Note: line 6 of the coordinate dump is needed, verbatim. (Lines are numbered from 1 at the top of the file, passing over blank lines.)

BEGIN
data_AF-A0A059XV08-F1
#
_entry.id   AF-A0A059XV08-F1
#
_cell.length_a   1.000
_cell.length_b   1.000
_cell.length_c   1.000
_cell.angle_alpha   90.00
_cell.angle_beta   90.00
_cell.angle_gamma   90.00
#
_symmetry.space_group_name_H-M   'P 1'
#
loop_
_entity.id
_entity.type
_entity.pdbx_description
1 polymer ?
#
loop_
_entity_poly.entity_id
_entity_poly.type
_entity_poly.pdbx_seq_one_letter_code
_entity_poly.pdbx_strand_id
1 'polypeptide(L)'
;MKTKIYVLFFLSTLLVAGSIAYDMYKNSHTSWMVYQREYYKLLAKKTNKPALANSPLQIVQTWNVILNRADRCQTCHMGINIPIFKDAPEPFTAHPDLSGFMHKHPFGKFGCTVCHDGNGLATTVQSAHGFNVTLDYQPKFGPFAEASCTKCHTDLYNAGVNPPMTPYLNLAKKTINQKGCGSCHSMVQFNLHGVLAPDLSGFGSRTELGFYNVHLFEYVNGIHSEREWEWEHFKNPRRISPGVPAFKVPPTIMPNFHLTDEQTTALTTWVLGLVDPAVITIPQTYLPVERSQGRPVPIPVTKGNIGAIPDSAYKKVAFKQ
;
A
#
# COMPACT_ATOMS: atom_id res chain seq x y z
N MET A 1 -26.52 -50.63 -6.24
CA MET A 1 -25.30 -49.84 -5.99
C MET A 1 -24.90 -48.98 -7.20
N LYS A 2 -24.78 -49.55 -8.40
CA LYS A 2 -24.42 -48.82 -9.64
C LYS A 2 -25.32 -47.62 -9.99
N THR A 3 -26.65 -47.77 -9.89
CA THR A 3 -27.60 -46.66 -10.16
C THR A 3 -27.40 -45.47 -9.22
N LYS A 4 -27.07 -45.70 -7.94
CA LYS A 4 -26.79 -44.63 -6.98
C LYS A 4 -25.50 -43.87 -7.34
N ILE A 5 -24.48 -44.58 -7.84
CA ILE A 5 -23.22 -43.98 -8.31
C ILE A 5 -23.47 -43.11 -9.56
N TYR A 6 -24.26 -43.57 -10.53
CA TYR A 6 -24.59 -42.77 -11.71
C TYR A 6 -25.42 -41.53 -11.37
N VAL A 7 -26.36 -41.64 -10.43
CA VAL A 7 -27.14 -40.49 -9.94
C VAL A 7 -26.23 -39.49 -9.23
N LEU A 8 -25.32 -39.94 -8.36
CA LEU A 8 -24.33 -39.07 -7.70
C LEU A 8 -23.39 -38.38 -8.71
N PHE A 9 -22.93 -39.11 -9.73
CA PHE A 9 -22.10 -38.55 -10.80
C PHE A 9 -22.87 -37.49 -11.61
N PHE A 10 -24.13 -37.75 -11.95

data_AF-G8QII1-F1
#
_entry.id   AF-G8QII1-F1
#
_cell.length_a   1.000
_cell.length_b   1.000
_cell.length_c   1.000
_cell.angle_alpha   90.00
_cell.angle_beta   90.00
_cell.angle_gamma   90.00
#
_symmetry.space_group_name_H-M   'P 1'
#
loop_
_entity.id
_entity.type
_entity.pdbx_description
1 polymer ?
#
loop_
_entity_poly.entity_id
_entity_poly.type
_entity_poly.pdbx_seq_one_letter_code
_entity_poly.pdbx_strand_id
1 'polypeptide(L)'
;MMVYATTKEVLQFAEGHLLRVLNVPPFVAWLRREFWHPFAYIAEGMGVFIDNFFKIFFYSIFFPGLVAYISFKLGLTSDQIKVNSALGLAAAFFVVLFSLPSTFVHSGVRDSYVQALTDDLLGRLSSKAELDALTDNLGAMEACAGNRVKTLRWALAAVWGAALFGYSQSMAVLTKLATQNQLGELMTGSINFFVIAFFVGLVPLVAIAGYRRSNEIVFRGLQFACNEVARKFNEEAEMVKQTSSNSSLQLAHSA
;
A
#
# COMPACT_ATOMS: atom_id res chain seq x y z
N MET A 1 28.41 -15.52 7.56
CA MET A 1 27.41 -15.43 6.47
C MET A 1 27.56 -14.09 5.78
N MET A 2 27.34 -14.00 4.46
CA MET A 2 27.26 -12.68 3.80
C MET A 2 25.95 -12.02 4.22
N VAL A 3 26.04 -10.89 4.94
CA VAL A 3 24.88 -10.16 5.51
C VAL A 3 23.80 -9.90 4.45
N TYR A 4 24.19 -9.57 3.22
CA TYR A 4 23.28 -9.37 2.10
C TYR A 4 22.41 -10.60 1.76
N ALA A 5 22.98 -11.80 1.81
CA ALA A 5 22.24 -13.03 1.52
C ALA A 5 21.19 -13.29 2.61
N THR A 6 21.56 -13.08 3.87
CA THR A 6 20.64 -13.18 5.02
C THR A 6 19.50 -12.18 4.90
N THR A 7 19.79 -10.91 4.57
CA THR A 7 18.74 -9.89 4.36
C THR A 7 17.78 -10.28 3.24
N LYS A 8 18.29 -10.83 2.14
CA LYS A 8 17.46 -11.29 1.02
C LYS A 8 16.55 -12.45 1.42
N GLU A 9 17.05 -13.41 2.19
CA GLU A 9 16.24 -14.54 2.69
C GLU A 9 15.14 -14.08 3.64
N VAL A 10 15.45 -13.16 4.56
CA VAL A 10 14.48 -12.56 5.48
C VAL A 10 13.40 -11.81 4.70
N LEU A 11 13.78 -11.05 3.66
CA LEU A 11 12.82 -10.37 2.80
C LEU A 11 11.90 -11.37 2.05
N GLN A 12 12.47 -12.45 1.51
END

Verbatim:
_cell.length_b   1.000